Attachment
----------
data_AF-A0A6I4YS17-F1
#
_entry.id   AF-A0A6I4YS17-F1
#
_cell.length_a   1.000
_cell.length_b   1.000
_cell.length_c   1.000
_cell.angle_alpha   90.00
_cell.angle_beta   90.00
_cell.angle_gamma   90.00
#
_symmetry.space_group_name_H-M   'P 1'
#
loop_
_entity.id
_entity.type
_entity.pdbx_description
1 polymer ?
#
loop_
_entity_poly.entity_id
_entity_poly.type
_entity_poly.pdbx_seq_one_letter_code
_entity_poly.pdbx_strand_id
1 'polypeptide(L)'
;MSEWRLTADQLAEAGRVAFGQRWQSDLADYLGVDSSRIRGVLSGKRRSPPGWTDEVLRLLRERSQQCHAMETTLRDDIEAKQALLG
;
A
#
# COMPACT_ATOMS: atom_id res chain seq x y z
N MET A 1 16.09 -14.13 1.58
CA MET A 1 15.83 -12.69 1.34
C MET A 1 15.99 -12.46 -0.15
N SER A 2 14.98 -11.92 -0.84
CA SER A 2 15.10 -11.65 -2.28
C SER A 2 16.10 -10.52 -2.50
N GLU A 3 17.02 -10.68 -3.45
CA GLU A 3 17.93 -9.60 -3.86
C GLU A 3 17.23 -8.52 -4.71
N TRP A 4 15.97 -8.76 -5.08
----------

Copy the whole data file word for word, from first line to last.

data_AF-A0A6I4YS17-F1
#
_entry.id   AF-A0A6I4YS17-F1
#
_cell.length_a   1.000
_cell.length_b   1.000
_cell.length_c   1.000
_cell.angle_alpha   90.00
_cell.angle_beta   90.00
_cell.angle_gamma   90.00
#
_symmetry.space_group_name_H-M   'P 1'
#
loop_
_entity.id
_entity.type
_entity.pdbx_description
1 polymer ?
#
loop_
_entity_poly.entity_id
_entity_poly.type
_entity_poly.pdbx_seq_one_letter_code
_entity_poly.pdbx_strand_id
1 'polypeptide(L)'
;MSEWRLTADQLAEAGRVAFGQRWQSDLADYLGVDSSRIRGVLSGKRRSPPGWTDEVLRLLRERSQQCHAMETTLRDDIEAKQALLG
;
A
#
# COMPACT_ATOMS: atom_id res chain seq x y z
N MET A 1 16.09 -14.13 1.58
CA MET A 1 15.83 -12.69 1.34
C MET A 1 15.99 -12.46 -0.15
N SER A 2 14.98 -11.92 -0.84
CA SER A 2 15.10 -11.65 -2.28
C SER A 2 16.10 -10.52 -2.50
N GLU A 3 17.02 -10.68 -3.45
CA GLU A 3 17.93 -9.60 -3.86
C GLU A 3 17.23 -8.52 -4.71
N TRP A 4 15.97 -8.76 -5.08